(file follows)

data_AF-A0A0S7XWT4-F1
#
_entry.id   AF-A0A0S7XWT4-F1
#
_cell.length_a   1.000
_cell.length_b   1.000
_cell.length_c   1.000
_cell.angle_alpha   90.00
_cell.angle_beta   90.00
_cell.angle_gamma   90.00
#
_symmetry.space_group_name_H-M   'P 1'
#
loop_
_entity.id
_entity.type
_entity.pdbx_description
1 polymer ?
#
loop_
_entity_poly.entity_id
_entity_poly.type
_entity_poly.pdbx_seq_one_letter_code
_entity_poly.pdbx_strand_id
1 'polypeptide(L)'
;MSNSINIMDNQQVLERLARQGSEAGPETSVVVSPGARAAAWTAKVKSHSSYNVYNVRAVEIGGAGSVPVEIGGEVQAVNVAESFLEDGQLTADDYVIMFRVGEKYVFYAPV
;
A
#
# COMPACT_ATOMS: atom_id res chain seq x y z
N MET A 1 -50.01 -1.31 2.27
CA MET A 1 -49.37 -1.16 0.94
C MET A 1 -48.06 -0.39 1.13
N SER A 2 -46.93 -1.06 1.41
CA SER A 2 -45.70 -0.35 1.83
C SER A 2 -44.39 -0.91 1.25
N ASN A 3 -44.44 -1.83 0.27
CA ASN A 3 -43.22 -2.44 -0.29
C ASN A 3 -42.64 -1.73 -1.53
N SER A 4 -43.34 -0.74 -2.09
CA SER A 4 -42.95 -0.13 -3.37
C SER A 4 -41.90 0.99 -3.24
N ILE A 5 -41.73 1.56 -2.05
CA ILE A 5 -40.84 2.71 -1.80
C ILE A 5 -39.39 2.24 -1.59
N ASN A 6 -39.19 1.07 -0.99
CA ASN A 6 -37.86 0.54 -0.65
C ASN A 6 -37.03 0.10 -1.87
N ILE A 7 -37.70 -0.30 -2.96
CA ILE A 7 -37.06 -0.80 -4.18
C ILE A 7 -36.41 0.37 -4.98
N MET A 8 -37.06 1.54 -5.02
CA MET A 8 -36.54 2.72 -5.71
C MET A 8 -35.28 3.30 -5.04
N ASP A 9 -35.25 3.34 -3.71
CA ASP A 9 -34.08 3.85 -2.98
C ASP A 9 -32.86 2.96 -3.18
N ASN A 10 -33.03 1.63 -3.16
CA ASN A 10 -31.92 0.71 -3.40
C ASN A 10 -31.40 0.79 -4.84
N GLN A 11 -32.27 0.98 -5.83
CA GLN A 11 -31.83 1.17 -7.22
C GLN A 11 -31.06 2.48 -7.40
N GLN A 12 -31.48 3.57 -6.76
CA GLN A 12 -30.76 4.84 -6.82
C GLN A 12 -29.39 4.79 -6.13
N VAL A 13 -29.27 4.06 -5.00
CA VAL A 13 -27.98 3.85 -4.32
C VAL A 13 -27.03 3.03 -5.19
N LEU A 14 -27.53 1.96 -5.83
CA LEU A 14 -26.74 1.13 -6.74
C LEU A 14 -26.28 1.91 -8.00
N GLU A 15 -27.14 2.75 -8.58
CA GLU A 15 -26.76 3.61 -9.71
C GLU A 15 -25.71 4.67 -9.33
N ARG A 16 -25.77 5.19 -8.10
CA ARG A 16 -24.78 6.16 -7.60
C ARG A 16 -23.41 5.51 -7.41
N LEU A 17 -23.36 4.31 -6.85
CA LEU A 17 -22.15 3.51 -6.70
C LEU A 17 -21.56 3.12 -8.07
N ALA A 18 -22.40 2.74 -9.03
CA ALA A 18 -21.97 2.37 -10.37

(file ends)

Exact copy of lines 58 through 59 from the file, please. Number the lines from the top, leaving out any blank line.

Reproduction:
N ASN A 10 -33.03 1.63 -3.16
CA ASN A 10 -31.92 0.71 -3.40